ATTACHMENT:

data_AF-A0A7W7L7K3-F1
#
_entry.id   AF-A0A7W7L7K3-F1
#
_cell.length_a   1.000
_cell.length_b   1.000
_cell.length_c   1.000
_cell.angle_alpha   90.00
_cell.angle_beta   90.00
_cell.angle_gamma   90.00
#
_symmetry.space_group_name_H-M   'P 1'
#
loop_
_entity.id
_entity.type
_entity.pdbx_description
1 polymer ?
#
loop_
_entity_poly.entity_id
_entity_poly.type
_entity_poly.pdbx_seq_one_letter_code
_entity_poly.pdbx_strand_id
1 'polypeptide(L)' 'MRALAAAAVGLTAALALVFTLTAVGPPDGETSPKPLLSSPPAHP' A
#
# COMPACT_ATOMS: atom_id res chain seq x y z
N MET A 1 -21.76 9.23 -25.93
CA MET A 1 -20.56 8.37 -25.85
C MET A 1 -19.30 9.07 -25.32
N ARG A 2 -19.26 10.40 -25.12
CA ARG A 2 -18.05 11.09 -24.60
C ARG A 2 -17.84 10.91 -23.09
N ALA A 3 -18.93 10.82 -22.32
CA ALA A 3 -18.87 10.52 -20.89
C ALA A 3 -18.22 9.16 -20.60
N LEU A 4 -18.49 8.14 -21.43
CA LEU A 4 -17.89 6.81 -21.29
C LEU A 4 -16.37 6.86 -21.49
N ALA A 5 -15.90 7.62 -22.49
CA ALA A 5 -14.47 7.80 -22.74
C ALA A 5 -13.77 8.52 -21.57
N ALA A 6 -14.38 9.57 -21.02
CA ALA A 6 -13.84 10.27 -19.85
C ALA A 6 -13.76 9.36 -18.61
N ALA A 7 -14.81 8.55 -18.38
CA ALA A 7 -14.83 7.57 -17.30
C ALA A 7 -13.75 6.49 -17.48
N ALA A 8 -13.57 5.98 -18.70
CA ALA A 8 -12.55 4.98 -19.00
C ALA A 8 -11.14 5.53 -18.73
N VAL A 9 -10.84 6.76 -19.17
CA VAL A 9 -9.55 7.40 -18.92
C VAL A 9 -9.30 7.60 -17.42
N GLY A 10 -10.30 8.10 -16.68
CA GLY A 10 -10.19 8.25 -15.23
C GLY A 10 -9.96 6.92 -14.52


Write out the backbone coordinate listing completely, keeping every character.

data_AF-A0A7W7L7K3-F1
#
_entry.id   AF-A0A7W7L7K3-F1
#
_cell.length_a   1.000
_cell.length_b   1.000
_cell.length_c   1.000
_cell.angle_alpha   90.00
_cell.angle_beta   90.00
_cell.angle_gamma   90.00
#
_symmetry.space_group_name_H-M   'P 1'
#
loop_
_entity.id
_entity.type
_entity.pdbx_description
1 polymer ?
#
loop_
_entity_poly.entity_id
_entity_poly.type
_entity_poly.pdbx_seq_one_letter_code
_entity_poly.pdbx_strand_id
1 'polypeptide(L)' 'MRALAAAAVGLTAALALVFTLTAVGPPDGETSPKPLLSSPPAHP' A
#
# COMPACT_ATOMS: atom_id res chain seq x y z
N MET A 1 -21.76 9.23 -25.93
CA MET A 1 -20.56 8.37 -25.85
C MET A 1 -19.30 9.07 -25.32
N ARG A 2 -19.26 10.40 -25.12
CA ARG A 2 -18.05 11.09 -24.60
C ARG A 2 -17.84 10.91 -23.09
N ALA A 3 -18.93 10.82 -22.32
CA ALA A 3 -18.87 10.52 -20.89
C ALA A 3 -18.22 9.16 -20.60
N LEU A 4 -18.49 8.14 -21.43
CA LEU A 4 -17.89 6.81 -21.29
C LEU A 4 -16.37 6.86 -21.49
N ALA A 5 -15.90 7.62 -22.49
CA ALA A 5 -14.47 7.80 -22.74
C ALA A 5 -13.77 8.52 -21.57
N ALA A 6 -14.38 9.57 -21.02
CA ALA A 6 -13.84 10.27 -19.85
C ALA A 6 -13.76 9.36 -18.61
N ALA A 7 -14.81 8.55 -18.38
CA ALA A 7 -14.83 7.57 -17.30
C ALA A 7 -13.75 6.49 -17.48
N ALA A 8 -13.57 5.98 -18.70
CA ALA A 8 -12.55 4.98 -19.00
C ALA A 8 -11.14 5.53 -18.73
N VAL A 9 -10.84 6.76 -19.17
CA VAL A 9 -9.55 7.40 -18.92
C VAL A 9 -9.30 7.60 -17.42
N GLY A 10 -10.30 8.10 -16.68
CA GLY A 10 -10.19 8.25 -15.23
C GLY A 10 -9.96 6.92 -14.52